Delay sought on Portage Place redevelopment plan
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Hey there, time traveller!
This article was published 15/07/2021 (400 days ago), so information in it may no longer be current.
A key deadline for the proposed $400-million redevelopment of Portage Place mall could be postponed as developers continue to seek federal funding for the project.
On Wednesday, council’s executive policy committee voted 5-2 to let Toronto-based developer Starlight Investments get its construction financing in place by Oct. 31, instead of July 23, the original deadline tied to a $20-million city incentive package for the project.
Mayor Brian Bowman joined Couns. Scott Gillingham, Jeff Browaty, Cindy Gilroy and Sherri Rollins to support the extension, while Couns. Matt Allard and Brian Mayes opposed it.
“We want to support continued investments in our downtown and a better use of that space then we currently have,” Bowman told media.
The extension issue next moves to a full council vote.
The proposed project aims to include two 20-storey residential towers with 550 to 600 housing units, nearly 500,000 square feet of office and retail space, a grocery store, and a 10,000-sq.-ft. community space with public washrooms.
A Starlight representative told EPC the company needs more time to secure federal funding. Its request to the senior government grew substantially this year, after the project was revised to ensure 30 per cent of the housing units have affordable rents.
“Really, all we did… was ask for an additional amount of very standard construction financing, fully repayable loans,” said Howie Paskowitz, Starlight executive director of development.
The developer originally asked for $20 million from each of the city, province and feds. In March, the federal government said Starlight asked for $50 million in cash and to provide a $243-million Canada Mortgage and Housing Corp. loan.
In a June 30 letter to the City of Winnipeg, Starlight states talks remain underway over an “approximately” $250-million CMHC loan.
Paskowitz said Starlight has “absolutely no intention” of asking the city for additional financial support.
Starlight has previously said the project won’t be completed without financial support from all three governments.
If council rejects the extension, that decision would cancel Winnipeg’s contribution.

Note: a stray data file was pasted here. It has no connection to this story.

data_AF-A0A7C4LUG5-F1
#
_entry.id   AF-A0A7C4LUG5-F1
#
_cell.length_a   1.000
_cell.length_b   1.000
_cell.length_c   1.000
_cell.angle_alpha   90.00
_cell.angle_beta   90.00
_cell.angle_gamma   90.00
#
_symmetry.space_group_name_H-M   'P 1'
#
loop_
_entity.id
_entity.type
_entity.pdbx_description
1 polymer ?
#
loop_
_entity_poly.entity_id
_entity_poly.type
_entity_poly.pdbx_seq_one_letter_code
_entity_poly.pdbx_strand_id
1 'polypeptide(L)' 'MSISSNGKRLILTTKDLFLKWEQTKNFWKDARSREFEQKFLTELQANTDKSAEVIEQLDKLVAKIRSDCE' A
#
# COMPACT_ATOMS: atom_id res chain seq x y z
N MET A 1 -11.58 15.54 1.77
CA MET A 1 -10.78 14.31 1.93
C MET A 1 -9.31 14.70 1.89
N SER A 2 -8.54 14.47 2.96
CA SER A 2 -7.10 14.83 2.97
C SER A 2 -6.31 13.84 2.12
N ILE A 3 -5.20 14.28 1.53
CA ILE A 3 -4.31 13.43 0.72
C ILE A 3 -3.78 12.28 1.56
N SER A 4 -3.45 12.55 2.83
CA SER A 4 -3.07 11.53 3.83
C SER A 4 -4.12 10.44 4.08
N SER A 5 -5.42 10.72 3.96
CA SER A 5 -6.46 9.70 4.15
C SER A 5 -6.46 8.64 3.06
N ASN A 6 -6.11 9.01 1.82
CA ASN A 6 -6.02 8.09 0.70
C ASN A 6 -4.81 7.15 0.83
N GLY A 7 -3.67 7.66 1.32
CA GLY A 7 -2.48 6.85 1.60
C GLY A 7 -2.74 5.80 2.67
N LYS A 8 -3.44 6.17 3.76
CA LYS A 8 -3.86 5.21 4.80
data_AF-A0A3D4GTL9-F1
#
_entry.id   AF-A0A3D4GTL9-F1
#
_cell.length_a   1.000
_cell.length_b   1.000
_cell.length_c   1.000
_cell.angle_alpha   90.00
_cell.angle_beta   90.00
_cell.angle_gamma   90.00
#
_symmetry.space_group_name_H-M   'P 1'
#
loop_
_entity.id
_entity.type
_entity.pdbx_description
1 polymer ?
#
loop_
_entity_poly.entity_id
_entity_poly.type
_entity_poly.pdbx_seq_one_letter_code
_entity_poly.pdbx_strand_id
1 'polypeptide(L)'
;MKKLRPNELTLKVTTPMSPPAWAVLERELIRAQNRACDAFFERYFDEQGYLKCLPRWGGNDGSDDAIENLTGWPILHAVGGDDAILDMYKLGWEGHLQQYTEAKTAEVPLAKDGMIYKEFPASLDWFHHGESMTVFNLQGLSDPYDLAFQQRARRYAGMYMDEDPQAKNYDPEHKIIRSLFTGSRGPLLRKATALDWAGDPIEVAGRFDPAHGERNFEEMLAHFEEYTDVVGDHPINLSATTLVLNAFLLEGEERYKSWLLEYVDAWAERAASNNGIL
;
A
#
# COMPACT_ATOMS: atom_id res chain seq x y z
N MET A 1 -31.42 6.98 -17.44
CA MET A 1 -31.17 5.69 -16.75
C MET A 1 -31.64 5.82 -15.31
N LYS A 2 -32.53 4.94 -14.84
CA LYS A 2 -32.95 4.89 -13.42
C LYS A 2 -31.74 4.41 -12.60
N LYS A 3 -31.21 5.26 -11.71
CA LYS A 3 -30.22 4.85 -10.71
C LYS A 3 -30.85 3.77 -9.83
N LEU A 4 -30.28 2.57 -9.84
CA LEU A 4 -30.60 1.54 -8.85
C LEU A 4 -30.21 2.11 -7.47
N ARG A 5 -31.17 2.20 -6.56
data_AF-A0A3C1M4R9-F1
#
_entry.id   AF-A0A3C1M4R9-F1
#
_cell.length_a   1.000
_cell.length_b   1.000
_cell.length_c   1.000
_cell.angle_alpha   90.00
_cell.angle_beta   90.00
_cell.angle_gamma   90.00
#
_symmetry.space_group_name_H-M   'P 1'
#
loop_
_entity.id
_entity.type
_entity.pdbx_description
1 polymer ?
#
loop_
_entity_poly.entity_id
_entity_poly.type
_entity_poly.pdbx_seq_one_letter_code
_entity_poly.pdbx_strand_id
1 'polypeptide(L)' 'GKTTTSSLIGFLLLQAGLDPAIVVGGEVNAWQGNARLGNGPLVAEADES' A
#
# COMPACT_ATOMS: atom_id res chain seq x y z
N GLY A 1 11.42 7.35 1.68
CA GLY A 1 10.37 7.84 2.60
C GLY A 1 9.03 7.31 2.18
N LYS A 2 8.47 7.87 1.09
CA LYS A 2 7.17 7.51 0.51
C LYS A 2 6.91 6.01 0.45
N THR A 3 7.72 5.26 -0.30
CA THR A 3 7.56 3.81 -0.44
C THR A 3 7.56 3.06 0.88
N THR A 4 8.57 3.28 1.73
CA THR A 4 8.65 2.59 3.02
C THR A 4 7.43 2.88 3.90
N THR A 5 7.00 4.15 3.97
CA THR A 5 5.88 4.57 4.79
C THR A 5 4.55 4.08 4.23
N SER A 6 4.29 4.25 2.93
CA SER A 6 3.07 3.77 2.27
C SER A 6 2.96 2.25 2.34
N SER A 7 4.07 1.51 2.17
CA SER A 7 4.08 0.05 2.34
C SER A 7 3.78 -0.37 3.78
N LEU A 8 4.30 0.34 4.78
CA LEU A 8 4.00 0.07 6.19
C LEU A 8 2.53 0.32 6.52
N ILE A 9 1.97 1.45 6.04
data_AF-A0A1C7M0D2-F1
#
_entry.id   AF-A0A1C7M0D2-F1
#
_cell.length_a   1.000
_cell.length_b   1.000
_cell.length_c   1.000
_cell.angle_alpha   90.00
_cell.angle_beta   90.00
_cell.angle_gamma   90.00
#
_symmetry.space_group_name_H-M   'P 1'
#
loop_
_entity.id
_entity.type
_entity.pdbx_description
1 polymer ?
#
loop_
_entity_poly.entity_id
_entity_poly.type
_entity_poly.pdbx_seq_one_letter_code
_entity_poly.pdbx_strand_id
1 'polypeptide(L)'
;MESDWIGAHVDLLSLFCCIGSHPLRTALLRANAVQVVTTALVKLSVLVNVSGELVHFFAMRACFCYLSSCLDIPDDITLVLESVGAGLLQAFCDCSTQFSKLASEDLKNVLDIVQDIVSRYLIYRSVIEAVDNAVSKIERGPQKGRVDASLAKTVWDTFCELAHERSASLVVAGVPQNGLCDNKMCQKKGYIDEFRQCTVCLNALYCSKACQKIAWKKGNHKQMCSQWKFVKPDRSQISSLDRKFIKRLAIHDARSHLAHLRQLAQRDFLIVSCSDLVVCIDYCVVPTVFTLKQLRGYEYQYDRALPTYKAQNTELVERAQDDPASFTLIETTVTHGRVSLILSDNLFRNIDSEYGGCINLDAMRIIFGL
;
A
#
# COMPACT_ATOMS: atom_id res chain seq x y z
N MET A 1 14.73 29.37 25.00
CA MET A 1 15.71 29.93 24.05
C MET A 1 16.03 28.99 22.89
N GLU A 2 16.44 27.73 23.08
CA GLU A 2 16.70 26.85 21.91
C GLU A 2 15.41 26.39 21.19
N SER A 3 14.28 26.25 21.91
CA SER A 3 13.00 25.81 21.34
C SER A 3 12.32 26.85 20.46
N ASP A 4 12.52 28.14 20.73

The incentive package was narrowly approved 9-7 in July 2020, when several councillors expressed concerns they lacked the time and information to cast an informed vote.
On Wednesday, Mayes said he remains opposed to the extension because he’s still concerned about a lack of transparency.
“You’re looking at a $20-million (incentive) package and we’re more than a year in and we’re being told (by Starlight) ‘Just vote for it but there are many remaining moving parts that must remain confidential’… It would be nice to get more affordable housing, but at what cost and at what level of transparency?” he said.
Coun. Ross Eadie, who doesn’t sit on EPC, told the committee he’ll vote against the extension at the council level, due to its reliance on tax dollars.
“It’s really public dollars that are doing this, so why not have the federal government (lend money) to a (non-government organization)… to build?” asked Eadie.
Gilroy, the property and development committee chairwoman, said the project should help downtown recover from the severe economic blows of the COVID-19 pandemic.
“In order for us to make sure we have a strong, healthy downtown, we need more people to live (there) — and this project could potentially do that. It also means we wouldn’t have another boarded-up building downtown right across from the Bay… if Portage Place isn’t sold and the owner decides to close up shop,” Gilroy told the Free Press.
Federal cabinet minister and Winnipeg MP Dan Vandal was not available for an interview about the funding request.
In an email, a CMHC spokesperson said the Crown corporation “remains open to considering and discussing” Starlight’s proposal.
The Manitoba government has promised to provide up to $28.7 million in education tax rebates to support the Portage Place redevelopment.
Born and raised in Winnipeg, Joyanne loves to tell the stories of this city, especially when politics is involved. Joyanne became the city hall reporter for the Winnipeg Free Press in early 2020.